(If it’s still Mike. If your shift has ended or ITV has drafted in further Christmas elves to cope with a large number of complaints, then “Dear whomsoever…”

I wish to register my complaint, and my disappointment, that ITV (seemingly Peter Fincham himself) has cut Tim Minchin’s song from the Jonathan Ross Christmas Special.

Tim is (or was) undoubtedly the most creative and talented of the guests and while I might have watched for Tom Cruise (going to see MI4 after Christmas and you may be showing a clip) or the Downton Abbey women (*please see separate postscript complaint below), I would have definitely watched for Tim Minchin.

Now I won’t bother.

I suspect, as Tim says on his blog, that you might have got several thousand complaints about his song had it been broadcast. I sincerely hope you get thousands more that it isn’t.

Christians (and those who are Christians at Christmas) don’t watch a Jonathan Ross Christmas Special to celebrate His birth (that of Jesus, not Jonathan) or to have their faith reaffirmed. They watch Christmas Songs of Praise and “Carols from (insert big city) Cathedral” for that.

Christians who watch Jonathan Ross know exactly what they are getting and wouldn’t, I surmise, be offended, on the whole. Non-Christians who watch Jonathan Ross, I suspect, comprise the majority of his audience.

The song is bloody funny and has a bit of reckless edge. Something which I wish ITV still had.

I look forward to my cut’n’paste reply.

Yours sincerely, etc

*PS Will someone tell the makers of Downton Abbey that Highclere Castle is in Hampshire, not Berkshire. They might update the end credits then…

Stephanie on 22nd of December 2011

I laughed until I cried. Then I got pissed with you Tim! You really hit the nail on the head with “ranty, shit-stirring, right-wing press, and of the small minority of [Brits] who believe they have a right to go through life protected from anything that challenges them in any way”. You can take out “Brits” and put in “people”. It’s the same here in the US and I imagine, everywhere. Who cares if they are offended? Let them be. Maybe it will make them think for themselves for the first time in their lives and work it out. Why do Christians, or any religious people, think they deserve to have their fantasy protected from criticism? And don’t say they don’t do any harm. There’s been plenty of harm done in the name of religion. It their beliefs are that fragile then they really need the challenge.

What you do Tim, is to be admired. You are my “Jesus” in that you spread important ideas using the big voice fame has afforded you. Comedy has never had the respect it deserves. You never see a comedy win an Oscar. Nobody offers you a Noble Prize for making the world a better place by making people laugh and think about the carnage of human suffering religion inflicts at the same time. But they should. Tim, you deserve that level of respect and acknowledgment. Comedy is a wonderful medium for getting contentious subjects talked about. Woody Allen did the same thing for many. George Carlin did it for me and I am forever grateful to him for it. I had always been an atheist growing up, but I didn’t really know why until he pointed it out to me. He made it ok for me to challenge all the crap my parents told me to believe but didn’t follow one little bit in their actions. I guess I was lucky to have total hypocrites for parents. It makes it a lot easier to see religion’s hypocrisy.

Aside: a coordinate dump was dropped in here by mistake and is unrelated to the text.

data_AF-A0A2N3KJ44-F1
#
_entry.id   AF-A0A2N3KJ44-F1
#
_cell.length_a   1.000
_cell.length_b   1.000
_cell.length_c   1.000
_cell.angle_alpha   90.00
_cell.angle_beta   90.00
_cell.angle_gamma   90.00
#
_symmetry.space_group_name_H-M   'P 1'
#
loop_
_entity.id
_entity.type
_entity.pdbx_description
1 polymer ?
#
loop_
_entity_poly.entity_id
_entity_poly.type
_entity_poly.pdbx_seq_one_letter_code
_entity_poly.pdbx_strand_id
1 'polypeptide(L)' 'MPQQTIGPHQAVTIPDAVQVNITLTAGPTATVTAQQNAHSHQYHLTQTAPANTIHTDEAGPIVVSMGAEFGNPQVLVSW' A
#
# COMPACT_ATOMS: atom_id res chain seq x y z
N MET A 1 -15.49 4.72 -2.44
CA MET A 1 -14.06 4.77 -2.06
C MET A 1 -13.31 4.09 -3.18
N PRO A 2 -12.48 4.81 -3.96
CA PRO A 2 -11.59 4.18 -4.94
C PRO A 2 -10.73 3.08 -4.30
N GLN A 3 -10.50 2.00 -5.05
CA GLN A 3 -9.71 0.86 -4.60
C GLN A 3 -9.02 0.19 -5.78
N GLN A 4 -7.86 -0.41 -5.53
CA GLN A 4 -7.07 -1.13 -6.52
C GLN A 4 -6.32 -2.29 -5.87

Tim, you have all of my love and respect. I’ll be writing a letter to the Jonathan Ross show about this. Don’t know if they care what Americans think about it, but I bet they do. Thank you Tim, for doing what you do. It’s not just silly funny stuff. It’s important work to be proud of. I’ve only given the world three more atheists. Think how many you have!

Holly on 22nd of December 2011

What a great performance! Really funny and I honestly don’t see how ITV could even begin to worry about getting a lot of complaints for it tbh :s Especially on a show like Jonathan’s.

Anyways I’ve sent an email of complaint in – Peter Fincham needs to grow a pair, honestly.

Jordan on 22nd of December 2011

Lets keep the pressure up on Twitter – suggested Tweet below! – spread far and wide!

@wossy @itv What do we want? #woodyallenjesus When do we want it? ITV1 23-Dec #timminchin (RETWEET!) youtu.be/_SFdUJLebzU

Lloyd on 22nd of December 2011

I just wrote this to ITV:


Dear ITV,

It has been brought to my attention that those in control of what may
or may not be broadcast ion ITV have decided that they should not
broadcast Tim Minchin’s singing a comedy song about Jesus on the
Jonathan Ross show this week. This is a very bad decision.

It is a bad decision for several reasons.

First, it is against the grain of the show itself. Viewers who choose
to tune in to Jonathan Ross do so knowing full well that it is a show
that will contain swearing of several sorts, including blasphemy, and
copious references to matters sexual, contentious, and ‘edgy’. Mr
Ross clearly prides himself on his ability to swear on television, and
make risqué jokes, and the show greatly benefits from the constant
feeling that anything might be said next. This feeling will be
considerably lessened when it becomes widely known that the show is
censored. Not only will this week’s show be harmed as a result of
this censorship, but all subsequent ones.

Second, it is unjustified. The song is not offensive to any sane
person. The song at no point advocates hatred or violence to be done